Investigators found that Zinke showed "apparent interest" in operating a microbrewery at the site. However, the report didn't provide any details or identify the microbrewery's owners.
Zinke directed his Interior Department staff to meet with three developers of the project in August 2017. Later, he asked them to arrange dinner for the group after a guided tour of the Lincoln Memorial. The investigative report stated that Zinke's staff also printed documents relating to 95 Karrow. This was a violation against rules against subordinates performing non-official duties.
Zinke was interrogated by an Interior Department ethics officer in July 2018 about his involvement in the foundation's development project. This was in response to news reports that Zinke had signed an agreement with 95 Karrow’s developers.
According to the report, Zinke claimed that he had no substantive involvement in the project during the interview. According to the report, the ethics official stated that Zinke had "misrepresented" facts and called Zinke’s statements "disappointing...and extremely concerning".
Arizona Rep. Raul Guilva, chairman of House Natural Resources Committee, requested that Zinke be investigated. Grijalva stated that Zinke used his office for his personal gain and tried to use the peace park as a way to force a brewery to be included in the development.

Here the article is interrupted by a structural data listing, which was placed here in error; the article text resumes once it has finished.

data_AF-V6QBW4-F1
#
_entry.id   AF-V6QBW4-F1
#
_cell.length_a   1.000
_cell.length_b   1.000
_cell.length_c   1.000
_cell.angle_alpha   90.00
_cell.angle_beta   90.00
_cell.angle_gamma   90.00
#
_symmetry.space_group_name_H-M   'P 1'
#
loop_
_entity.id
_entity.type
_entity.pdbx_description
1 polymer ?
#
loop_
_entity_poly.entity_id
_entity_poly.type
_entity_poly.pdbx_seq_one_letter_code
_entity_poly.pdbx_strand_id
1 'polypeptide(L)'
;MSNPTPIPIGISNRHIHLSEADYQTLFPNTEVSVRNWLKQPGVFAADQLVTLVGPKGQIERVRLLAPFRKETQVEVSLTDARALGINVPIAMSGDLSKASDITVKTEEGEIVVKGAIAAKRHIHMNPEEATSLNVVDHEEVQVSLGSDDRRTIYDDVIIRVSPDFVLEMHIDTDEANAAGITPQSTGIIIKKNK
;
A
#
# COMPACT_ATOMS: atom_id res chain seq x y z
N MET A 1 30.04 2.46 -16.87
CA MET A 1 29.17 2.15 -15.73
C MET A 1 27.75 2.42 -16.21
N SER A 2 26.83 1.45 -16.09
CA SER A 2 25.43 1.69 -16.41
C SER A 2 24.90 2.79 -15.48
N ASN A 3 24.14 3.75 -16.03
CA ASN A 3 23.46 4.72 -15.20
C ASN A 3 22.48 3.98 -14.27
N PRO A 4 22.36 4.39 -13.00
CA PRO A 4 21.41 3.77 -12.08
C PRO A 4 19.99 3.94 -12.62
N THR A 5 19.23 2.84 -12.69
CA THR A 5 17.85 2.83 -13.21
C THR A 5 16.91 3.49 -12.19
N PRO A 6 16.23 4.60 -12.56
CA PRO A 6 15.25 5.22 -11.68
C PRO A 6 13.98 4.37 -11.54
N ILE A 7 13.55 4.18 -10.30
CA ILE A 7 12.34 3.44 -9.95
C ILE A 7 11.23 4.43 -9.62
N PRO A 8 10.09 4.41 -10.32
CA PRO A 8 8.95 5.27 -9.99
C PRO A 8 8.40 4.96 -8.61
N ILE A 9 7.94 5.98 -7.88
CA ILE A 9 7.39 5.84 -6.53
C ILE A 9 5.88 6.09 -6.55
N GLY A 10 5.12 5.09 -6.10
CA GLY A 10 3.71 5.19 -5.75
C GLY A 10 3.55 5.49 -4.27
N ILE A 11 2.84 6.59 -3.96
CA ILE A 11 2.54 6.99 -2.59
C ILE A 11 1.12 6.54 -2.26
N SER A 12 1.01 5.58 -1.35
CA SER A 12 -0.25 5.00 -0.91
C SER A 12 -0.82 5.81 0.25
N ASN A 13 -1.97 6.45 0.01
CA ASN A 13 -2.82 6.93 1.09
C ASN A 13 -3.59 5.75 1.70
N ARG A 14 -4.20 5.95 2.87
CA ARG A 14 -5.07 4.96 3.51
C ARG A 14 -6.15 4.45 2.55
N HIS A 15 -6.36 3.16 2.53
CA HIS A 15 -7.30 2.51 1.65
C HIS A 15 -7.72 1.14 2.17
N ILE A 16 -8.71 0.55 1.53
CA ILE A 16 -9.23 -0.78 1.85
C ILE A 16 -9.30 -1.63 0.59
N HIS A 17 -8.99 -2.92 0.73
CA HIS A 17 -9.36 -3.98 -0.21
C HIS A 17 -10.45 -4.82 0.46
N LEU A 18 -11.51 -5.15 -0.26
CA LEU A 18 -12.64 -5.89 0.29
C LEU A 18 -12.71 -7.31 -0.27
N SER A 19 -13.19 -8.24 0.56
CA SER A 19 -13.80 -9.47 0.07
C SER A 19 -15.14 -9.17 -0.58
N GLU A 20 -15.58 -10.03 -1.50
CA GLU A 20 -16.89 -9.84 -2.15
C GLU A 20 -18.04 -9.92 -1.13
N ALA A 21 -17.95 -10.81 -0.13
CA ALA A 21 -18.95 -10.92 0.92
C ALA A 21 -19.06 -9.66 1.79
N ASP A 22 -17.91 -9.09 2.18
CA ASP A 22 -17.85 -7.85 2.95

According to the Whitefish Pilot, Whitefish officials approved revised plans for 95 Karrow's construction in September. Plans include the construction of a 70-room hotel and a microbrewery. There will also be offices, shops, offices, restaurants, and shops. Telephone messages to 95 Karrow LLC representatives did not receive a response immediately.
Investigators did not find any evidence that Zinke had benefited from the actions of Halliburton, whose former chairman, David Lesar was an investor at the Whitefish development. They also found no evidence that Zinke or his staff attempted to hide Zinke’s involvement.
The investigation into the land sale was one among many probes by Zinke which began while he was in Trump’s cabinet.
Investigators discovered that Zinke violated a policy forbidding non-government employees to ride in government cars after his spouse traveled with him. However, he claimed that ethics officials had approved the move. After a complaint that Zinke had redrawn the boundaries of a Utah national monument to benefit a political ally and state lawmaker, Zinke was cleared. A second investigation was conducted to determine his decision to prevent two tribes opening a casino at Connecticut.
Zinke's wide-ranging rollbacks on oil drilling restrictions were praised by the industry while he was in charge of a agency that managed 781,000 miles (2 million kilometers) of public lands. They drew a rebuke from environmental groups as well as Democratic lawmakers, who accused Zinke of putting corporate profits above preservation.
Zinke claimed that political motivated attacks caused a distraction when he resigned in 2018 from the Interior Department. The White House determined that Zinke was most likely the Cabinet member most susceptible to investigations by Democrats, who were poised for the majority in Congress, according to a Trump administration official.